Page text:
Looking at the side-by-side comparison of cars and prices and thinking about my driving habits, I was pretty sure I wanted to go with one of the highly-efficient small cars on the market. But there's another factor that I hadn't really considered: My purchasing habits do have effects beyond the amount that I personally drive. If I buy a hybrid, in my own small way I am sending a signal to the market that people want more hybrids. This drives carmakers' decisions to produce more and different hybrid options. And as more people drive hybrids, the sticker price will eventually go down, making them cheaper upfront. And there's the other, harder-to-measure consideration, which is that the more people who drive hybrids, the more they'll be seen as "cooler" or even, at some point, just "normal."

"The success of any product is based on consumers buying it," says Wade Newton, a spokesman for the Auto Alliance, the trade group representing US automakers. "[Car companies] put a portfolio out there and see what the consumer chooses."

Hybrids have certainly grown in popularity in recent years. In 2010, there were 30 different types of hybrids on the market, says Newton.* But manufacturers have only sold 2 million hybrids in the past 11 years, and with 246 million cars on the road across the US, that means hybrids are only 0.8 percent of the fleet. So my buying one could actually have some impact in the market.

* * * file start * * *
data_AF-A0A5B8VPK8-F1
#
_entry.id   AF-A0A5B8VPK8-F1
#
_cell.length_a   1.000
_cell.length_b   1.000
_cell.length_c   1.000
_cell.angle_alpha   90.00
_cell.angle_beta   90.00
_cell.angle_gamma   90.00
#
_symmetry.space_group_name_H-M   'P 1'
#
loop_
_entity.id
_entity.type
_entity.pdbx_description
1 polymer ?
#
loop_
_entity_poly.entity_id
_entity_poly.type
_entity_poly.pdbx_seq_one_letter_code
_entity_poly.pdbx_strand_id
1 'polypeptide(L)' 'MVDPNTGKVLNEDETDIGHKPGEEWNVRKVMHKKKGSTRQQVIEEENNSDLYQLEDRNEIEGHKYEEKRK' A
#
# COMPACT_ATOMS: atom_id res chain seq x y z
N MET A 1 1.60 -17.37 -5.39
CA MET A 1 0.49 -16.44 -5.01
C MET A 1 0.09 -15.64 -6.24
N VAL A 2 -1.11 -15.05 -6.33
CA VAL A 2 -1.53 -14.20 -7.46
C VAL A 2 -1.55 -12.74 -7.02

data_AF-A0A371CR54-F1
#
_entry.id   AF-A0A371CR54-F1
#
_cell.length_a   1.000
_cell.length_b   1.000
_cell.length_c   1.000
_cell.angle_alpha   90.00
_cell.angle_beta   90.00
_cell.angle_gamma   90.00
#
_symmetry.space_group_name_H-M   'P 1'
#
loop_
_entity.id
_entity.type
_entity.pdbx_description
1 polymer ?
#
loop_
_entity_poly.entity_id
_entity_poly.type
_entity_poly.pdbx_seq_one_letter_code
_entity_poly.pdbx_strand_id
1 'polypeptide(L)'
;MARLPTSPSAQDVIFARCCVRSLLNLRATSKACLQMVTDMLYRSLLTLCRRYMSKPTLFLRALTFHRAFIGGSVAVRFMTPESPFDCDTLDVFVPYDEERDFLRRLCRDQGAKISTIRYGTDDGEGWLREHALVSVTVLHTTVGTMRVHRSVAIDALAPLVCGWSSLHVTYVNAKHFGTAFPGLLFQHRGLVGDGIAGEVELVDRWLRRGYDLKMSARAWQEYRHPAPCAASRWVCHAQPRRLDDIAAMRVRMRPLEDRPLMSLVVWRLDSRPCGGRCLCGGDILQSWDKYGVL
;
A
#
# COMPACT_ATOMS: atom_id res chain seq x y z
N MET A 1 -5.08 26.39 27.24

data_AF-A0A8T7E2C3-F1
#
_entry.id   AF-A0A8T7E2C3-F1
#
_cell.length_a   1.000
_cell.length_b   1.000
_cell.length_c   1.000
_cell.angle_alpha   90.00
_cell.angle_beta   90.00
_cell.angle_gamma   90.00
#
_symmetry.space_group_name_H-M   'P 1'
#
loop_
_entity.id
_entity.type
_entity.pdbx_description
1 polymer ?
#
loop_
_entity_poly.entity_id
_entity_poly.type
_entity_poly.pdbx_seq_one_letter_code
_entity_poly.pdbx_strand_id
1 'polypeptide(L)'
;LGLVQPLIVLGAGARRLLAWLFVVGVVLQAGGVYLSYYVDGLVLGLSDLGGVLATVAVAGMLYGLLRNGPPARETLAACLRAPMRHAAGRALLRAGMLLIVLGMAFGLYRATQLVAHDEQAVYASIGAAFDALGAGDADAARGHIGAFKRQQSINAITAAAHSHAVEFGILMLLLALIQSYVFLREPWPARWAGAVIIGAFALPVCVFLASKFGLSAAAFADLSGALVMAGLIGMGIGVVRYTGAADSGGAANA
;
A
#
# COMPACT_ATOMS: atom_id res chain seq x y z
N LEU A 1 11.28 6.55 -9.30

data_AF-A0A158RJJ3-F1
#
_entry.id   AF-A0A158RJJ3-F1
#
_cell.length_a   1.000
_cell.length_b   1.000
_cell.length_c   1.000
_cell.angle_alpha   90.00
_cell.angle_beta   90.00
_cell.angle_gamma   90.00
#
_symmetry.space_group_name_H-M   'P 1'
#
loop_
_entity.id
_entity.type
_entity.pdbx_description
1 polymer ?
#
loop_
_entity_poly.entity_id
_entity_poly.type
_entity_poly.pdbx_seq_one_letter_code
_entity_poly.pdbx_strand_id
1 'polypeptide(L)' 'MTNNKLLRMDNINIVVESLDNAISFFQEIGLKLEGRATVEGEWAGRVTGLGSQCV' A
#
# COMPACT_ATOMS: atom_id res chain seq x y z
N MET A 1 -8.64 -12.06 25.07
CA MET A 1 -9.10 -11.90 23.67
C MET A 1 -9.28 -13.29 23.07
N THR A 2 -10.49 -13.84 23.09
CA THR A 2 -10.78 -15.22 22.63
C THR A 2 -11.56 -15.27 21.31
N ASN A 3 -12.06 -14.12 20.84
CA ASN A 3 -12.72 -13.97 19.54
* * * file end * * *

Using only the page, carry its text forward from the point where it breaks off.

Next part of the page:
I'm still pondering what to make of this exercise. In the meantime, we'll continue using ZipCar for our short trips and renting cars for our longer ones, which has served us pretty well for the past five years. If you have thoughts on the best solution, weigh in below.

*This figure has been corrected since this article was orginally posted.

A few years back, in "The Last Taboo," MoJo's Julia Whitty wrote about the thorny issue of overpopulation—and the "conspiracy of silence" that surrounds it. The topic has become so controversial that hardly anyone (not the Vatican, lefties, conservatives, environmentalists, or even scientists) is willing to talk about it. But not everyone believes that the world has too many people. Last week, Julia was on PBS Need to Know facing off with Phillip Longman, author of the book The Empty Cradle: How Falling Birthrates Threaten World Prosperity and What To Do About It. Longman argues that not only have we solved the problem, we're actually in the midst of a precipitous population decline. Here's the segment:


Watch the full episode. See more Need To Know.

For many years, people have been told they should drink eight eight-ounce glasses of water a day. That's 64 ounces, or nearly 2 liters. This week,  Scottish practitioner Margaret McCartney is calling it "thoroughly debunked nonsense" in the current issue of the British Medical Journal.

McCartney took on medical claims disseminated by Hydration for Health, a water-pushing health organization created by the company that owns Volvic and Evian. McCartney wrote that she did not see any high-quality scientific literature provided by Hydration for Health proving drinking so much water was essential. In fact, she found evidence that mental performance suffers when people drink more water than they're thirsty for. "In other words, there is still no evidence that we need to drink more than we naturally want, and there may be unintended harms from an enforcement to drink more water," McCartney wrote.